If you are using robocopy to copy from a root drive folder, u may run into a few issues.
- It tries to copy at least 2 system hidden folders:
- Recycle bin on the source drive.
- System Volume Information
- Destination folder becomes system hidden.
1: rem /E -- copy all folders recursively on E:
2: rem /XD -- skip 2 system folders: Recyle Bin and System Volume Information
3: rem /MIR -- mirror delete on destination if source does not have that file any more
4: robocopy E: "F:\Backup\xxxx" /XD e:\$RECYCLE.BIN "e:\System Volume Information" /E /MIR
6: rem unhide and don't make the dest folder a system folder
7: attrib -s -a -h "F:\Backup\xxxx"
First, if you want to use VS 2010 with Team Foundation Service, you need to install a hot fix. http://support.microsoft.com/kb/2662296
Note 1: you need to install VS 2010 SP1 first.
Note 2: Regular Windows Update won’t pick this hotfix up. You need to manually install it.
If you already are using a workspace with VS2012 with TFS and you want to use the same workspace for VS 2010:
- Edit your VS2012 workspace and change from Local Workspace to Server Workspace.
- In VS 2010, you should now be able to see the workspace used by VS 2012. Select that workspace to use.
This exception occurs when the project cannot use the connection string to locate the 3 parts of EDMX: csdl, msl, and ssdl.
- Find the right configuration file. Review the configuration file of the executing assembly. For example, if you are running a unit test project which references another project with edmx, you should look at the unit test project’s app.config file. You should add an app.config file to your unit test project if necessary.
- Verify that your executing project (i.e. unit test project) references an assembly containing the 3 parts of EDMX. This is especially true if you are doing POCO. It is the project that you added the item “ADO.NET Entity Data Model”. To verify, use a 3rd party tool (e.g. ILSpy) to examine the assembly inside; you should see the resources containing the 3 parts of EDMX. Note: Your project may compile fine without it, but you need it at run time.
- Make sure you have a reference to the entity framework dll.
- Try different ways of configuring the connection string:
The standard/default connection is probably not working for you or else you won’t be reading this.
2: <add name="xxxxEntities" connectionString="metadata=
6: provider=System.Data.SqlClient;provider connection string="data source=localhost;initial catalog=xxxxDB;integrated security=True;MultipleActiveResultSets=True;App=EntityFramework"" providerName="System.Data.EntityClient" />
- The safest way is to specify the fully qualified assembly name of your EMDX project in your connection string.
2: <add name="xxxxEntities"
4: res://LA.Infrastructure.xxxxAssembly, Version=22.214.171.124, Culture=neutral, PublicKeyToken=null/Modelxxxx.csdl|
5: res://LA.Infrastructure.xxxxAssembly, Version=126.96.36.199, Culture=neutral, PublicKeyToken=null/Modelxxxx.ssdl|
6: res://LA.Infrastructure.xxxxAssembly, Version=188.8.131.52, Culture=neutral, PublicKeyToken=null/Modelxxx.msl;
7: provider=System.Data.SqlClient;provider connection string="data source=localhost;initial catalog=xxxxDB;integrated security=True;MultipleActiveResultSets=True;App=EntityFramework"" providerName="System.Data.EntityClient" />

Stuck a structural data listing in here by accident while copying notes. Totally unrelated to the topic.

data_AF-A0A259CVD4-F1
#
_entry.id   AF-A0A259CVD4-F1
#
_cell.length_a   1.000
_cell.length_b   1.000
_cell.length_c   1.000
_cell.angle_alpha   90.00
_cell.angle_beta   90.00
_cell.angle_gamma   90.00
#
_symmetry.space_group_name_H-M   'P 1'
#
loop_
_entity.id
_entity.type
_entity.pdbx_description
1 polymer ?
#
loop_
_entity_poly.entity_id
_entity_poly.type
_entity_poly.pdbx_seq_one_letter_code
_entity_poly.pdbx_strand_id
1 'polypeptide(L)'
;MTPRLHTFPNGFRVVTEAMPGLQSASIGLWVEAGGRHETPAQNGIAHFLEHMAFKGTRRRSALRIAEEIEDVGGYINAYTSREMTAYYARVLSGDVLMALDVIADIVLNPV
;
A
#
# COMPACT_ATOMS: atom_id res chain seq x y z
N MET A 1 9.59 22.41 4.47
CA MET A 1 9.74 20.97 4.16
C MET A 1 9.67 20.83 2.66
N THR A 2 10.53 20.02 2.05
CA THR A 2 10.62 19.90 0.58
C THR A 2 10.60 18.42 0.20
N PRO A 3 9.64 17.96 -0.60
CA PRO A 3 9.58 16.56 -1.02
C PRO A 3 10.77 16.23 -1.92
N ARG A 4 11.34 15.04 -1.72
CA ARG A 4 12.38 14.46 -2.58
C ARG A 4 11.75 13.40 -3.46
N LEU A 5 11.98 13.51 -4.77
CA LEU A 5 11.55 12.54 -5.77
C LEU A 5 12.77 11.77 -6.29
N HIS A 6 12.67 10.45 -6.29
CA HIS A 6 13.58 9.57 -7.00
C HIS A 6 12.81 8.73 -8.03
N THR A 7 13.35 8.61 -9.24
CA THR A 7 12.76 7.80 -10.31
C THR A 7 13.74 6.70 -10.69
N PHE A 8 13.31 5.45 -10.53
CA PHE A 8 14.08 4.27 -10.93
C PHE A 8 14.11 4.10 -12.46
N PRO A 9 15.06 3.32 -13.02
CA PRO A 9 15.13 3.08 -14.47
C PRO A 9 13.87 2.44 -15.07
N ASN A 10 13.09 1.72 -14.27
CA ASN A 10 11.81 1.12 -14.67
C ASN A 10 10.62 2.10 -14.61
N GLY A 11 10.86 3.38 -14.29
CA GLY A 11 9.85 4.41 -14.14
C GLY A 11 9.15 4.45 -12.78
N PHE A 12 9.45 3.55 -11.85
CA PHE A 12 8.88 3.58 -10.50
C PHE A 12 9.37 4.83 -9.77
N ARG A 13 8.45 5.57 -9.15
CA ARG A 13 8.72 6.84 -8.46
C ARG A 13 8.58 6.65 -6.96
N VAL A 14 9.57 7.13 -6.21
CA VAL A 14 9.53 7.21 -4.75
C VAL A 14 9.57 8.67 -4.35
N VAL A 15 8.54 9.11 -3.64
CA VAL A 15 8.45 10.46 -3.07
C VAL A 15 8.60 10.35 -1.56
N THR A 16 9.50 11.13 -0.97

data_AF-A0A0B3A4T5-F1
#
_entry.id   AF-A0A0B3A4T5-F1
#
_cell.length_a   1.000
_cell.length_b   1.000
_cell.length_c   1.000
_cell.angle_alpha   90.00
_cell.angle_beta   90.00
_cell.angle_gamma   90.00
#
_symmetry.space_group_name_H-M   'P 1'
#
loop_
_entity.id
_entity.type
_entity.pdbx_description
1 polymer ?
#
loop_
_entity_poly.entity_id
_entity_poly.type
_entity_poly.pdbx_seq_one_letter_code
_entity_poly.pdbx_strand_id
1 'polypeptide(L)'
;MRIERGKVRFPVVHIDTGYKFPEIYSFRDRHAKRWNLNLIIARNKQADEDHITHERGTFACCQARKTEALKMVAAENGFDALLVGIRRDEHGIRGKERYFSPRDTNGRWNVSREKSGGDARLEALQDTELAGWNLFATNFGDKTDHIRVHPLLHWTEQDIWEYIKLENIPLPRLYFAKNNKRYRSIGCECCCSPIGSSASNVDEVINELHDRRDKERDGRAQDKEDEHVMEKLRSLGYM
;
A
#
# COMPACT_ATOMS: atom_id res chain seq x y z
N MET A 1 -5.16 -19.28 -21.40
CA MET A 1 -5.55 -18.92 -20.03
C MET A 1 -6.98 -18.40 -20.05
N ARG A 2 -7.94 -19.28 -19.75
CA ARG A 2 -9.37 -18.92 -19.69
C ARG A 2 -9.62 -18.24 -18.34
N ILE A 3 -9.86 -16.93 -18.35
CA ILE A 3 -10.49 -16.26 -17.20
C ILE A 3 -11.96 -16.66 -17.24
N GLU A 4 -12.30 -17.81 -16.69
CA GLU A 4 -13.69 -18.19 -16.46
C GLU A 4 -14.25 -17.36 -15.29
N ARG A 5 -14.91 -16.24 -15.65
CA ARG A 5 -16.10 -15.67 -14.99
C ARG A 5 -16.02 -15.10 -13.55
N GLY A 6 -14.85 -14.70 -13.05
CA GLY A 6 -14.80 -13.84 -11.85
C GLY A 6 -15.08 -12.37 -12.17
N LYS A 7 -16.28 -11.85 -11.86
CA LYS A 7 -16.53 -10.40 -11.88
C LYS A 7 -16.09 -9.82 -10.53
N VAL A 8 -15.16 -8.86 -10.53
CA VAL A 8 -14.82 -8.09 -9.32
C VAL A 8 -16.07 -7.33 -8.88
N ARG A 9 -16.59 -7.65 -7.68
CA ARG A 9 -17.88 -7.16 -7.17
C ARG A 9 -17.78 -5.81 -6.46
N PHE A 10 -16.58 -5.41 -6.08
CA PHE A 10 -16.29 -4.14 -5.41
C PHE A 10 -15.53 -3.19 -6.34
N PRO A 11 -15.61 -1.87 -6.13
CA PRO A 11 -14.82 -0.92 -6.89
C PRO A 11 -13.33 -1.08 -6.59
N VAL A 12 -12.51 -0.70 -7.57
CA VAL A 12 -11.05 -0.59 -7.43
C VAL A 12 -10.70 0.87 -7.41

- The last resort is use an asterisk. This may get you past the error “unable to load the specified meta resource.” However, you may get some other error “The entity type is not part of the model for the current context” when you access the entity object within the model.
2: <add name="xxxxEntities" connectionString="metadata=
3: res://*/;provider=System.Data.SqlClient;provider connection string="data source=localhost;initial catalog=WinDB;integrated security=True;MultipleActiveResultSets=True;App=EntityFramework"" providerName="System.Data.EntityClient" />
If you have the edmx in one project and the xxxx.Context.tt in another project, then you probably need to use approach A for your unit testing project’s connection string to point to the project with .edmx file.
If you have both edmx and xxxx.Context.tt in the same project, then your unit testing project’s default connection string should work.
You have a solution already added to the source control TFS. Then you start renaming some of the projects within the solution.
Then you get error saying that the binding of the project is invalid, and you don’t see the project listed in Source Control Explorer. You also notice that the project does not have a source control (i.e. blue lock icon) next to it in Solution Explorer.
You try to add the project via Solution Explorer, but there is nothing like “Add project to source control”. You try unbind and then bind the project with no success.
- Use Source Control Explorer
- Right-click on the solution folder and select “Add Items to Folder…”
- Select the folders of the projects you want to add to TFS and click Finish.
- Remember to Check In to commit the changes.
An .NET app threw the above error when it tried connect to a FTP server over TLS/SSL.
In this case, the error was caused by the SSL certificate. The SSL certificate was a Multiple Domain (UCC) SSL Certificate. It was issued for ftp2.mydomain.com at first. When ftp1 server was setup, I had to add a SAN (Subject Alternative Names).
I made the mistake of entering “ftp1” instead of a fully qualified domain name “ftp1.mydomain.com”. That triggered the error in the Title.
The solution is simply to drop the “ftp1” and add “ftp1.mydomain.com” SAN, reissue the SSL, and install the SSL onto ftp1 server.
Note: ftp2 server also needs to reinstall the newly issued SSL certificate since the old SSL certificate will expire in 24 hours.